As CIP and partners have worked toward the release of biofortified varieties in Peru, the CIP genebank has sent in vitro plantlets of at least 50 biofortified potatoes to national agricultural research centers in Africa and Asia for evaluation and possible release as varieties. In recent years, CIP has collaborated with national potato programs in Ethiopia, Rwanda, Bhutan and Nepal on the evaluation process, and iron-biofortified potato varieties are likely to be released in some of those countries in the coming years.
“CIP has pioneered the biofortification of potato, thanks to the vision of the researchers who put developing a solution for mother and child malnutrition on our agenda more than 15 years ago, and the donors who have supported this work,” Salas said.
Nutritious food for the world
Work on potato biofortification complements CIP’s breeding and promotion of orange-fleshed sweetpotato to reduce vitamin-A deficiency – the leading cause of preventable blindness in children. Over the past decade, CIP and partners have developed locally adapted orange-fleshed sweetpotato varieties and delivered planting material for them to more than 6.5 million farming households in Africa and Bangladesh.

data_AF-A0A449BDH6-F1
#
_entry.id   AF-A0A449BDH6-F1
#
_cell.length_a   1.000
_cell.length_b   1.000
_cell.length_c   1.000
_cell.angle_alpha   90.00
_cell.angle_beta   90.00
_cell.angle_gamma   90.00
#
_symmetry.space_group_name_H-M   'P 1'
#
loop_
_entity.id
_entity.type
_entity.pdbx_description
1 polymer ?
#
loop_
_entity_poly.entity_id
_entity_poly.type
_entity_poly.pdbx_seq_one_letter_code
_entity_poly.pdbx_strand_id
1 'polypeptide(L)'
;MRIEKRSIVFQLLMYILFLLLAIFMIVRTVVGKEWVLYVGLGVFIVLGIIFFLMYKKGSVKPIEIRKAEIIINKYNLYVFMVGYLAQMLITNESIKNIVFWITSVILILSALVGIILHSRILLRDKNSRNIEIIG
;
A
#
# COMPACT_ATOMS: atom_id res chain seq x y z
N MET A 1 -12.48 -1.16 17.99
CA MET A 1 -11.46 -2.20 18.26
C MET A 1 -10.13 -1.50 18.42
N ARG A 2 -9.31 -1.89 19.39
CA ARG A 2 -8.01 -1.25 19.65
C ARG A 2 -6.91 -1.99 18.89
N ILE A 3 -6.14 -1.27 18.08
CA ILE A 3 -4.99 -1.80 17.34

In recent years, sweetpotato breeders in Mozambique produced an orange-fleshed sweetpotato with double the iron of most varieties. While the ability of orange sweetpotato to improve vitamin A levels in children was demonstrated by research years ago, the bioavailability of the iron in this biofortified sweetpotato was tested with feeding trials in Malawi in 2019. Though its iron absorption was lower than that of potato, at around 6%, thanks to its elevated iron content, the 400 grams of the new variety that study participants consumed provided 18% of the daily iron needs of a woman of reproductive age.
“Together, these findings confirm the potential of biofortified potato and sweetpotato to improve both food and nutrition security,” said Hugo Campos, CIP’s research director and one of the study’s authors. “Investments in further biofortification of these crops can contribute to the wellbeing and livelihoods of many millions of smallholders in developing countries,”
Iron-rich potato and sweetpotato are recent additions to a growing list of biofortified staple crops developed by CGIAR scientists as part of a global effort to reduce micronutrient deficiencies while contributing to food security and incomes. Since 2004, more than 130 biofortified crops have been released in at least 30 countries in Africa, Asia and Latin America.